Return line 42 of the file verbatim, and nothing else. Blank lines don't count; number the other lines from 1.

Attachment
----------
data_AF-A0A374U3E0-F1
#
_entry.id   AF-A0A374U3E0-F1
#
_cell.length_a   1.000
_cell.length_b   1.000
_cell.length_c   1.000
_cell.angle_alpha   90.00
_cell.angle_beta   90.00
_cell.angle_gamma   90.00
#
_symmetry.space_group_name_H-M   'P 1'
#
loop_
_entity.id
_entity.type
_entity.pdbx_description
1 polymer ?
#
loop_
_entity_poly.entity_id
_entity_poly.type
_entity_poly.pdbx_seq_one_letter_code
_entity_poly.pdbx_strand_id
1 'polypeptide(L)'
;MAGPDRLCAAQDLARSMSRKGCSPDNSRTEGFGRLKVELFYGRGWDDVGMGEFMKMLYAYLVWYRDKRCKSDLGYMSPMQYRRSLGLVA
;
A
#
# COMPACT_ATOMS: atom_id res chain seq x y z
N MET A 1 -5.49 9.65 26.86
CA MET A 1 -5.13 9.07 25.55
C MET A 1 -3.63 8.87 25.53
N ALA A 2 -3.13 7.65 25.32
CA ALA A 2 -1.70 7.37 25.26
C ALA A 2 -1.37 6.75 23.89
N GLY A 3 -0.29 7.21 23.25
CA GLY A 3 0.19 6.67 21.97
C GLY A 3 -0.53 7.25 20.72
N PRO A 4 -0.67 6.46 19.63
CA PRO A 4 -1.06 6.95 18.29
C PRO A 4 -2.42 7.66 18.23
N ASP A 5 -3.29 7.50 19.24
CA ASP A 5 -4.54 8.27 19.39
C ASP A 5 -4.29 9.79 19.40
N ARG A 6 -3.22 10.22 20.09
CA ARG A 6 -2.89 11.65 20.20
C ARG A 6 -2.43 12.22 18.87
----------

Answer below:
C PRO A 4 -2.42 7.66 18.23